Proven strategies for increasing the academic performance of students with low school-readiness skills!
Children of low socioeconomic status often enter school with low school-readiness skills, leading them to be misidentified as learning disabled. Educators in Grades K–12 can allocate resources for special education services more effectively and meet the needs of low SES students by preventing students from being placed in the wrong program and by providing readiness supports. Examining proven success stories, the authors provide:
- Training resources
- Assessment tools for identifying learning needs
- Strategies for building collaborative communitywide relationships
- Data charts proving the success of schoolwide initiatives
|Edition description:||New Edition|
|Product dimensions:||7.00(w) x 9.90(h) x 0.50(d)|
|Age Range:||18 Years|
About the Author
Lizette (Tish) Howard has 20 years of experience as an educator working with children and parents in low socioeconomic schools. She is an elementary principal in a Title I school in which 43 percent of its families are classified as living in poverty. In this position, Howard is responsible for the design and implementation of numerous programs and a school climate that raised the level of student academic success and closed the achievement gap between students of poverty and those residing in homes of economic stability. Howard works with parents, civic associations, clergy, and the business community to level the economic playing field for disadvantaged students and has implemented numerous initiatives to provide the necessary background knowledge many children from poverty lack when entering school. Prior to her role as a school administrator, Howard served 10 years as a speech and language pathologist with a full caseload of language delayed children. She spent eight of those 10 years delivering services to emotionally disturbed adolescent males in an alternative educational setting. It was in that capacity that Howard introduced inclusion language therapy to her school district as opposed to the standard pull-out method. This form of therapeutic delivery is now widely used districtwide. Howard has served as an education consultant for local preschool and summer camp experiences. She designed an educational summer experience for low socioeconomic children that focused on providing a foundation for the academic challenges they would face in the upcoming academic year. She also served on the Minority Student Achievement Board for her school system and has presented programs on intervention methods at the local school and university level. Howard earned her bachelor's and master’s degrees in speech and language pathology from Indiana University of Pennsylvania and her Ph D in education leadership from George Mason University. While completing her postgraduate work, Howard was a contributing writer to the USA Today educational web site, and she continues to mentor prospective administrators through the university mentoring program. She has been nominated for Principal of the Year honors in her school district, recognized by the Association of Supervision and Curriculum Development for development of positive school climate, and featured in numerous television and print articles.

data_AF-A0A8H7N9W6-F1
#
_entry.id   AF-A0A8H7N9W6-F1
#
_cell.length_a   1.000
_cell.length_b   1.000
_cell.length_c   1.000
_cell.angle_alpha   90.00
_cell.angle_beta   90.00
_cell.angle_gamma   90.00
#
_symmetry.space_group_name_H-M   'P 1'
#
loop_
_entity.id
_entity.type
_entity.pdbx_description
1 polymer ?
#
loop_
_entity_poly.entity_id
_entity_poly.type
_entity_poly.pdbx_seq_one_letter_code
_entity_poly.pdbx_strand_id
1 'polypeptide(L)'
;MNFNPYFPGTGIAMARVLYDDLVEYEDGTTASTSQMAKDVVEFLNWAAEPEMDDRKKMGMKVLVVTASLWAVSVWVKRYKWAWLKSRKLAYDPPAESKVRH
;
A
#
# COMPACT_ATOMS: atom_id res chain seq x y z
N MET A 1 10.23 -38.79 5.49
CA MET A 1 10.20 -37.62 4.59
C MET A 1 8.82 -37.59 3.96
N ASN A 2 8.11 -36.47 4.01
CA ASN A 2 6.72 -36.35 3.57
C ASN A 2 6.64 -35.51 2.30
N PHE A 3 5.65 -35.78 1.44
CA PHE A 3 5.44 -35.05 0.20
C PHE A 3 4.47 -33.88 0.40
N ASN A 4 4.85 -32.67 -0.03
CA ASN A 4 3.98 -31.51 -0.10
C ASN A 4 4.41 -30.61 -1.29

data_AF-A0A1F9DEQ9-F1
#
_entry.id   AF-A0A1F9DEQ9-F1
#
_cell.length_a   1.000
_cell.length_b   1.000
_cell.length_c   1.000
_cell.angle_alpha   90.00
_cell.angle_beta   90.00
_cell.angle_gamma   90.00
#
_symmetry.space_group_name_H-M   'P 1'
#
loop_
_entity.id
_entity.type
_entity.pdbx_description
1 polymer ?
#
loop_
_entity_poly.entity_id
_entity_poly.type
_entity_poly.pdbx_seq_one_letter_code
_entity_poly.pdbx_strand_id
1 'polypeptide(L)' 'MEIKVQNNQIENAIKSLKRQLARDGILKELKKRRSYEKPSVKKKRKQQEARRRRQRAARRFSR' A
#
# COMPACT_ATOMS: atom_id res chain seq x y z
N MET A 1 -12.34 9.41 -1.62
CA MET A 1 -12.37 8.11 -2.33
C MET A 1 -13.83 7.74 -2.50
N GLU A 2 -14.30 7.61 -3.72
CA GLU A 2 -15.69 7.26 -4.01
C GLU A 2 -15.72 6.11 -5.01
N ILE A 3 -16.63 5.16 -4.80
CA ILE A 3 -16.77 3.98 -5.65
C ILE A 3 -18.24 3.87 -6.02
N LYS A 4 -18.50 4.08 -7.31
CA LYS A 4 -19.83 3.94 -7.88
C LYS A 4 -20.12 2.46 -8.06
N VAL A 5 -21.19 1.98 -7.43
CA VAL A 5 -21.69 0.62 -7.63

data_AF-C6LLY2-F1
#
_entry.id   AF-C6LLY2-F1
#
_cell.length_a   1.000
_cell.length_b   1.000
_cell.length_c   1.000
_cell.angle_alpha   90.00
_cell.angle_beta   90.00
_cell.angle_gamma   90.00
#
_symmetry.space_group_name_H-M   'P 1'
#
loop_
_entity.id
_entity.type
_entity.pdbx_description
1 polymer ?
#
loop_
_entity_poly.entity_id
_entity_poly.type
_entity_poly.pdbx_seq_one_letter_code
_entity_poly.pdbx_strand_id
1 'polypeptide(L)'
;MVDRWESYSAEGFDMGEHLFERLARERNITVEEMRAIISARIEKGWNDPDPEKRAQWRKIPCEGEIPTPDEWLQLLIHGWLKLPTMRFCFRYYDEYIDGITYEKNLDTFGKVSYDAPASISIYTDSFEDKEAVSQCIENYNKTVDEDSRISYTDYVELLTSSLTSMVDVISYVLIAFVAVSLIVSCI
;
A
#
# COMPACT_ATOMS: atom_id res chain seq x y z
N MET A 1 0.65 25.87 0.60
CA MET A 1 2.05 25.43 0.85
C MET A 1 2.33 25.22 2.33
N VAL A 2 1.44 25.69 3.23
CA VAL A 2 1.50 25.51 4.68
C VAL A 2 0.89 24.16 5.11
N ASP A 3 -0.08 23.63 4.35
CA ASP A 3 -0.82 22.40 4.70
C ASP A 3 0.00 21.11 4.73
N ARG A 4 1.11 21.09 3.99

Sandy Grogan Dresser is a human resources management consultant who consults with clients in the areas of compensation, performance management, management development, employee communications, and human resources policy and administration. She has more than 30 years experience in the field of human resources management, including six years in her private consulting practice and 15 years as an assistant vice president with Aon Consulting in Bethesda, Maryland. Prior to joining Aon, Dresser served as a human resources director in both the public and private not-for-profit sectors. She has also served as an executive development consultant to a number of federal departments and agencies. Dresser served 12 years as a public school teacher and administrator, during which time she was instrumental in the development and implementation of significant educational change in the implementation of middle schools and managed the human resources function of a metropolitan school district. In addition to standard personnel administration, she was responsible for coordinating a reorganization plan that included the closing of nine junior high schools, the opening of six new middle schools, and the reassignment of 300 employees. In this role, she devised and directed a staff reassignment procedure that effected minimum disruption and a high level of satisfaction among teachers, administrators, students, and parents. A graduate of the University of North Carolina and Kansas University, Dresser holds bachelor's degrees in history and education and a master’s degree in education policy and administration. She is the author of numerous articles published in professional journals and frequently presents seminars for professional associations on topics in the human resources management field.